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Who is Trump’s recent anti-immigrant rhetoric meant to convince?

President Trump speaks during a tour of border wall prototypes in San Diego. (Evan Vucci/AP)

It’s hard to ignore the connection. On Friday night, President Trump has dinner with Fox News’s Sean Hannity at Mar-a-Lago. The next morning, he tweets a condemnation of Democratic Gov. Jerry Brown’s handling of immigrants in California, using language taken directly from Fox News. On Saturday, he meets with Fox News host Jeanine Pirro, with CNN reporting that she, like Hannity, insisted to Trump that “his party’s successes in upcoming midterm elections will depend on him being able to tout successes on the border wall.”

Trump, watching Fox’s coverage, then tweeted no fewer than seven times on Sunday and Monday about immigration. No more deal on those who were brought to the country illegally as children, he insisted, because the program that allowed those immigrants to stay in the United States was drawing more people to the country. Mexico’s laughing at us and allowing a “caravan” of immigrants to pass through, so he will punish them in NAFTA negotiations. Border legislation is needed immediately; Democrats want no borders at all. That summary is more cohesive than the tweets but no more accurate in the broad strokes.

It’s very true that Trump’s base agrees with his visceral anti-immigration rhetoric. It’s why he is president: He embraced a public fight over disparaging immigrants from Mexico and rode cable news coverage of that fight and his speeches on the subject to build a core base of support that powered him to the nomination in a fragmented Republican primary. Just in time for November, partisanship kicked in and Republicans voted for their party’s candidate, even while many might have had reservations about him. Voilà.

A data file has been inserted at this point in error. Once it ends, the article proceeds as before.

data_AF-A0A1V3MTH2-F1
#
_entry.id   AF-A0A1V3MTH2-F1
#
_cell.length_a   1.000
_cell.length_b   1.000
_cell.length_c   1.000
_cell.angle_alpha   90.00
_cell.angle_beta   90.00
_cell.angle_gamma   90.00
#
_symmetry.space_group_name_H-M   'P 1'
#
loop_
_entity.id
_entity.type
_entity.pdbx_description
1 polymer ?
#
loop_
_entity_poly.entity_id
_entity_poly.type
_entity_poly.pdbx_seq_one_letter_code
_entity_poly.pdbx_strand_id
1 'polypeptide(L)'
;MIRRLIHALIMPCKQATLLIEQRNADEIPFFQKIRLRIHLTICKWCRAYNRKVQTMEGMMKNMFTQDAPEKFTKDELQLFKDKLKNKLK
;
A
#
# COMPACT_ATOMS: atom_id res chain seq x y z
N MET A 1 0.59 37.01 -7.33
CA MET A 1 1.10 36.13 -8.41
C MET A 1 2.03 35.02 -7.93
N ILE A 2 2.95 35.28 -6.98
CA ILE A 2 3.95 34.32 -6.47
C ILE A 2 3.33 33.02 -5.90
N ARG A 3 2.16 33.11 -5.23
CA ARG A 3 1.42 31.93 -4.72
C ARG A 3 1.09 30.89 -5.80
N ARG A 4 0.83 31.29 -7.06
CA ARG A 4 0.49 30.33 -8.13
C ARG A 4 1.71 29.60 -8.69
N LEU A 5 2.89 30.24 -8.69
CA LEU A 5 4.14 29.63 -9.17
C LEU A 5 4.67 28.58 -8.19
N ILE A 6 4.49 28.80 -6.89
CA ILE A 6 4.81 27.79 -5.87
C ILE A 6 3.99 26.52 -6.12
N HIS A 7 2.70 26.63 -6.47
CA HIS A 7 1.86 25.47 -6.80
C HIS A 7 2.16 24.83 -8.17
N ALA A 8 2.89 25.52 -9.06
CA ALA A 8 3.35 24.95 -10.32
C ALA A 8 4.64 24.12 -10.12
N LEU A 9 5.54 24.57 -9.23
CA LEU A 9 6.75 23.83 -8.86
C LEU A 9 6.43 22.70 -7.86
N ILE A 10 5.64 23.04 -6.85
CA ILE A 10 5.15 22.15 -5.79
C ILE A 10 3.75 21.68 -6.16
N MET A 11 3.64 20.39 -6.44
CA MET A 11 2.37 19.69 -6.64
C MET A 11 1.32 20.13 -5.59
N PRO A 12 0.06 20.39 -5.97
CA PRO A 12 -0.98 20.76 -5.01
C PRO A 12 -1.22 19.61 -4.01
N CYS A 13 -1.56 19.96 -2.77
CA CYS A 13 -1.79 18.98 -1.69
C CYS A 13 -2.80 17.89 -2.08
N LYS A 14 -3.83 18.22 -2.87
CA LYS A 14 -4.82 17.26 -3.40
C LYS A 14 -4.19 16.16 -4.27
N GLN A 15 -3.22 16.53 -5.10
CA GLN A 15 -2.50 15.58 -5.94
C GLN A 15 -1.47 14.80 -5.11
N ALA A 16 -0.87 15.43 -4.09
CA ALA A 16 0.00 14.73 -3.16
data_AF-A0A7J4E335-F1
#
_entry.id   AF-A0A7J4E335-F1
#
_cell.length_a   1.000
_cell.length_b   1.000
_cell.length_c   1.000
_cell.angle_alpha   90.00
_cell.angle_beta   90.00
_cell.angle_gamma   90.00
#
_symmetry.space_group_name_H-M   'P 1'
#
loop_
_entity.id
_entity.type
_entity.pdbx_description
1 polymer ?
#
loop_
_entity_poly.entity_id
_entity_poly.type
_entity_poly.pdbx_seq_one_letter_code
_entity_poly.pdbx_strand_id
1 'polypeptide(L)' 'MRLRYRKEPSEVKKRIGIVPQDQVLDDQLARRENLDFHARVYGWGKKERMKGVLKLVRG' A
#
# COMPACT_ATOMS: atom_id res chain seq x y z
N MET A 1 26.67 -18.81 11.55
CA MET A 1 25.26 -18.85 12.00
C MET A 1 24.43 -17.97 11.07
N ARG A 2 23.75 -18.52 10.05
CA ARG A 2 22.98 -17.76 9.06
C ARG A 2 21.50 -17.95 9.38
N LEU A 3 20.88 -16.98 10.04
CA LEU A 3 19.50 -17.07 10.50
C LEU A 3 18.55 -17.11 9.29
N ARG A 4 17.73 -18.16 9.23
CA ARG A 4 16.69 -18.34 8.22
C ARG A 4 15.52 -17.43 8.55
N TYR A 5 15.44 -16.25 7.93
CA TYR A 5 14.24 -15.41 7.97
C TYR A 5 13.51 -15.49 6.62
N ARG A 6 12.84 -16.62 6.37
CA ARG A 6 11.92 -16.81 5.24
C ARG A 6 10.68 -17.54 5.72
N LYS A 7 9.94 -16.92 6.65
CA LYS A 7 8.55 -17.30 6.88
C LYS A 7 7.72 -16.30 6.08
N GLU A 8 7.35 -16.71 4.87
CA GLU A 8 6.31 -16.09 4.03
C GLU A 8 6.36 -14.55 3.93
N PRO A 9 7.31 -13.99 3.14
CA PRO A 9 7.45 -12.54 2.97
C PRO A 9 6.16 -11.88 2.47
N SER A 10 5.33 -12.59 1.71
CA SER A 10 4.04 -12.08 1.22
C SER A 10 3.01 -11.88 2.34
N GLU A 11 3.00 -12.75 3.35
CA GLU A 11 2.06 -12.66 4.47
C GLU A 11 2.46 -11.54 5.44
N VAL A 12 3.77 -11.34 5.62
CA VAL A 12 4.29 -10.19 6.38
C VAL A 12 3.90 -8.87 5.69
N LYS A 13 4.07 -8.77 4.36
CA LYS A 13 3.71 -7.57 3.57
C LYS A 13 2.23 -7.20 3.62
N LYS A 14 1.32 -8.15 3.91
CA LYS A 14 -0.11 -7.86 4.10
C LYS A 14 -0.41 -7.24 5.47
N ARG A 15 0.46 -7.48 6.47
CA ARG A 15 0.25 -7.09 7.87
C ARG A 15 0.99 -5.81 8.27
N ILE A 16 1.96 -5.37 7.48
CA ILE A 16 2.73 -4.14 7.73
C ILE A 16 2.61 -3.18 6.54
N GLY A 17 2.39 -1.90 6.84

Let’s consider, though, the apparent argument from Hannity and Pirro that Trump needs to keep pressing the issue of the wall to benefit his party in November. Most polling shows that building a wall on the border with Mexico is unpopular: A CBS poll last month found 60 percent opposed to the idea. The Deferred Action for Childhood Arrivals program, which allowed undocumented immigrants who were brought to the country as children to stay, was supported by 83 percent of Americans in a CNN poll in February. Nearly two-thirds of Americans believed that Trump and his party were responsible for attempting to end that Obama-era program, probably given Trump’s announcement that he planned to end it.

One part of political theory at play appears to be that Trump needs to be an immigration hard-liner this year to keep his base engaged and angry at Democrats so they vote in the midterms. There is a broader question, though: While Trump’s specific policy proposals on the wall and DACA run contrary to majority opinion in the country, does that anger about immigrants resonate outside of his base, too? In other words, can it be argued that Trump will lure more people to his party by complaining about immigrants in general terms? Is there more of an appetite for that rhetoric than it might seem?

This is harder to measure, but we can look at reported views of immigrants as a guide.

Gallup has been polling on views of the contributions of immigrants for years. In 2017, the most recent year for which data is available, positive views of the contributions of immigrants were up from a decade before.